In February, Abby and I wore kimono outside for the first time. At first, we were like newborn colts in our geta sandals, knocking our knees together. We had not thought to practice wearing our geta and it was not the most comfortable occasion. We were worried about what people thought about gaijin wearing kimono, let alone teenagers in flea market kimono. Gradually, we realized that the stares from old ladies were not out of annoyance but out of amazement and excitement. The ones that talked to us were all amazed that we could wear kimono by ourselves, and congratulated us. Mentally, I gave a sigh of relief. I had braced myself for being stared at like I was batty or a public nuisance. Instead, all of the ladies were happy that we were wearing kimono and not one of them looked at us meanly. Later on however, a few would look quizzically when I wore western shoes with kimono.
Older Japanese ladies are the only people that understand why we like kimono so much. Most of them have worn it not just at the obligatory weddings and funerals. They understand the thrill of feeling cocooned in silk. No one my age understands at all. To the Japanese girls, it was what their grandmothers wore, some boring old fashioned thing that you wear on special occasions that’s extremely traditional and stuffy. To the gaijin, it’s some lame cultural thing, something that their teachers or mothers make them learn about and not something that they would talk about on their own accord. We tell them about the feeling of wearing it, feeling beautiful. They shrug it off, not understanding and not caring. One of our friends jokingly told us we should wear kimono to the school dance trying to make us shut up about kimono. She didn’t realize it, but she planted the seed of a great plan in my head.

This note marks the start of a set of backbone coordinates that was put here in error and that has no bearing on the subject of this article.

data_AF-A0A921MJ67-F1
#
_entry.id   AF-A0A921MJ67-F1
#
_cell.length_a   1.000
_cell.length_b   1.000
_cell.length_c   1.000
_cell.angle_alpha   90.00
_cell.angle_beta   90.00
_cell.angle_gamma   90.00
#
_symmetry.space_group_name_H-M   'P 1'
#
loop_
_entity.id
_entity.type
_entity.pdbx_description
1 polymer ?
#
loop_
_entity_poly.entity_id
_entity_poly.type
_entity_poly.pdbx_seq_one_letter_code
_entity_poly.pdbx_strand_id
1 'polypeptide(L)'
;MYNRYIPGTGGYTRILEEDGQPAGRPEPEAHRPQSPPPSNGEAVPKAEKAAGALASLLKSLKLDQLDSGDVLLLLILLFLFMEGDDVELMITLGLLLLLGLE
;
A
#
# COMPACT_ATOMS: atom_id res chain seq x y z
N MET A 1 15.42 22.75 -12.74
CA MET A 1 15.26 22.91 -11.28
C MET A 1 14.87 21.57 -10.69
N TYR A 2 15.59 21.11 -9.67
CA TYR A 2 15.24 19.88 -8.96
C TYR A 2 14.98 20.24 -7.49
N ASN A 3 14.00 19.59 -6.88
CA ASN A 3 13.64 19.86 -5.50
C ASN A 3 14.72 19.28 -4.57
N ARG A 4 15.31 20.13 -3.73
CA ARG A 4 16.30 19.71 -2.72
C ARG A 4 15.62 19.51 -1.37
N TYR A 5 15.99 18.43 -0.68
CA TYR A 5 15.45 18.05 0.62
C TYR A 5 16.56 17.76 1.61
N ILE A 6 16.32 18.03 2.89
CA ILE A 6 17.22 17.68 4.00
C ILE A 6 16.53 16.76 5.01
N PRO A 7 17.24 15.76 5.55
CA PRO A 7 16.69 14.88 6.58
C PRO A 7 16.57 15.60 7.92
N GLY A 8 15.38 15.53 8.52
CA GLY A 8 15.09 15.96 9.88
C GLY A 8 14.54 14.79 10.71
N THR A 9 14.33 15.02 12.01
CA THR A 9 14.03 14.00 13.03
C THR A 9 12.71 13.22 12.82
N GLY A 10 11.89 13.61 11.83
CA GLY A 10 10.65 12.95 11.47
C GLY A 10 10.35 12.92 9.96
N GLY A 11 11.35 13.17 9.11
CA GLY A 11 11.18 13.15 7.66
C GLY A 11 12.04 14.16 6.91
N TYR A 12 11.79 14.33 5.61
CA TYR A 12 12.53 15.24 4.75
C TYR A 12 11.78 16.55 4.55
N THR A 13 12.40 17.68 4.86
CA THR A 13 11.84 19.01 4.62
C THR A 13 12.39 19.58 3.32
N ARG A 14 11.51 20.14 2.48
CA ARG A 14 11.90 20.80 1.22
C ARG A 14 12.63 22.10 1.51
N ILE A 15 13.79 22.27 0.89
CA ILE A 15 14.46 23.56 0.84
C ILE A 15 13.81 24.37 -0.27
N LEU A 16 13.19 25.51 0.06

I’m sad to report, there will not be a full scale revolution on your hands. I have not been able to make even one of my friends want to wear kimono. You will not see groups of girls in kimono walking around Shibuya and hanging out. Kimono is still a dying traditional craft, but it’s death is not as close as you might have imagined. A very small amount of Japanese women are changing kimono into a fun outfit. You can buy countless books about wearing kimono, making kimono and making accessories for when you are wearing kimono. So for the moment, my dress up outfit is safe.
Metropolis Magazine, 2010
Explore the home of Japan’s “hidden Christians” off the coast of Nagasaki
When one thinks of Japanese islands, churches aren’t the first thing that comes to mind. But tucked away in the Goto Islands, an archipelago off Nagasaki, you’ll find 50 of them—a reminder of the strength and determination of the Christian community in historical Japan.
First introduced to Japan in 1549, Christianity was initially welcomed by the local rulers, and flourished in the latter half of the century. However, the Tokugawa shogunate that came to power in 1603 came to see it as a threat, and launched a campaign against the country’s estimated 300,000 converts, eventually banning the religion altogether.
Many of the converts fled to the Goto Islands to escape persecution, where they continued to practice their faith in secret through the Edo Period and became know as the “Hidden Christians” or kakure kirishitan in Japanese. The priest who showed us around during our trip was a descendent of this group, and took us to churches and other sites that commemorated their plight.